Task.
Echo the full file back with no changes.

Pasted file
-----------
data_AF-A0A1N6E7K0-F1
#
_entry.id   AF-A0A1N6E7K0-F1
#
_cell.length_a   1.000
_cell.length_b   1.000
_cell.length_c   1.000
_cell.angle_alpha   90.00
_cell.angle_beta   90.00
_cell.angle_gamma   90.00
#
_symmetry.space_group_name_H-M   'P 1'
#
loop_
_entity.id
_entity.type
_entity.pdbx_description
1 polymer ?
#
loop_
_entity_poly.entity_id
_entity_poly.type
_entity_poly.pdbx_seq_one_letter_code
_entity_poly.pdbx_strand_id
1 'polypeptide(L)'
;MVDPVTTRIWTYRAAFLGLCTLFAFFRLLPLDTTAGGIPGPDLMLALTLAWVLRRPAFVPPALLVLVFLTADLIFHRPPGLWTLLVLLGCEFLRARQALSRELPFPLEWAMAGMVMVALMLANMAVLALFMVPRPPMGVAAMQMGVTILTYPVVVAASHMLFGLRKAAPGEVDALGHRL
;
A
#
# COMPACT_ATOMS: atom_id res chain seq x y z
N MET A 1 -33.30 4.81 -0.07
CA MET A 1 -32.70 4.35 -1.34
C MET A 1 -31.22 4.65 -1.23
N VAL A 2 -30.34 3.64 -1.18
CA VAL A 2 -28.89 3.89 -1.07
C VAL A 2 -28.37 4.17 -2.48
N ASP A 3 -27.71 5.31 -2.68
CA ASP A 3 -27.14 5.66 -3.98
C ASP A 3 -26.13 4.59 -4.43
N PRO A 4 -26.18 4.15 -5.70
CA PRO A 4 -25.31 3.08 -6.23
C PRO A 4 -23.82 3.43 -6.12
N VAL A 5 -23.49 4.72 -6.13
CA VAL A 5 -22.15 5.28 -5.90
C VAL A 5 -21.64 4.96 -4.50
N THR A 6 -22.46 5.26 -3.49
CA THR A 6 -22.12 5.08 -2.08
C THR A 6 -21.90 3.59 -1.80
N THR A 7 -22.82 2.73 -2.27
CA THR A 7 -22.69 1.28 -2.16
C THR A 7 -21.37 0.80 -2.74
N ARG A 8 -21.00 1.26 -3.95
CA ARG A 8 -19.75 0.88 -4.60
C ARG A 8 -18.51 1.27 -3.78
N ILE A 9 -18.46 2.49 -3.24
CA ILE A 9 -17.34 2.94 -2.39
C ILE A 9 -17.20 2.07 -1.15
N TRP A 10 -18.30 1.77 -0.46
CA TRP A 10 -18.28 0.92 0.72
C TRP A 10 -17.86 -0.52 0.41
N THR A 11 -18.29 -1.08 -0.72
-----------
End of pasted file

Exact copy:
data_AF-A0A1N6E7K0-F1
#
_entry.id   AF-A0A1N6E7K0-F1
#
_cell.length_a   1.000
_cell.length_b   1.000
_cell.length_c   1.000
_cell.angle_alpha   90.00
_cell.angle_beta   90.00
_cell.angle_gamma   90.00
#
_symmetry.space_group_name_H-M   'P 1'
#
loop_
_entity.id
_entity.type
_entity.pdbx_description
1 polymer ?
#
loop_
_entity_poly.entity_id
_entity_poly.type
_entity_poly.pdbx_seq_one_letter_code
_entity_poly.pdbx_strand_id
1 'polypeptide(L)'
;MVDPVTTRIWTYRAAFLGLCTLFAFFRLLPLDTTAGGIPGPDLMLALTLAWVLRRPAFVPPALLVLVFLTADLIFHRPPGLWTLLVLLGCEFLRARQALSRELPFPLEWAMAGMVMVALMLANMAVLALFMVPRPPMGVAAMQMGVTILTYPVVVAASHMLFGLRKAAPGEVDALGHRL
;
A
#
# COMPACT_ATOMS: atom_id res chain seq x y z
N MET A 1 -33.30 4.81 -0.07
CA MET A 1 -32.70 4.35 -1.34
C MET A 1 -31.22 4.65 -1.23
N VAL A 2 -30.34 3.64 -1.18
CA VAL A 2 -28.89 3.89 -1.07
C VAL A 2 -28.37 4.17 -2.48
N ASP A 3 -27.71 5.31 -2.68
CA ASP A 3 -27.14 5.66 -3.98
C ASP A 3 -26.13 4.59 -4.43
N PRO A 4 -26.18 4.15 -5.70
CA PRO A 4 -25.31 3.08 -6.23
C PRO A 4 -23.82 3.43 -6.12
N VAL A 5 -23.49 4.72 -6.13
CA VAL A 5 -22.15 5.28 -5.90
C VAL A 5 -21.64 4.96 -4.50
N THR A 6 -22.46 5.26 -3.49
CA THR A 6 -22.12 5.08 -2.08
C THR A 6 -21.90 3.59 -1.80
N THR A 7 -22.82 2.73 -2.27
CA THR A 7 -22.69 1.28 -2.16
C THR A 7 -21.37 0.80 -2.74
N ARG A 8 -21.00 1.26 -3.95
CA ARG A 8 -19.75 0.88 -4.60
C ARG A 8 -18.51 1.27 -3.78
N ILE A 9 -18.46 2.49 -3.24
CA ILE A 9 -17.34 2.94 -2.39
C ILE A 9 -17.20 2.07 -1.15
N TRP A 10 -18.30 1.77 -0.46
CA TRP A 10 -18.28 0.92 0.72
C TRP A 10 -17.86 -0.52 0.41
N THR A 11 -18.29 -1.08 -0.72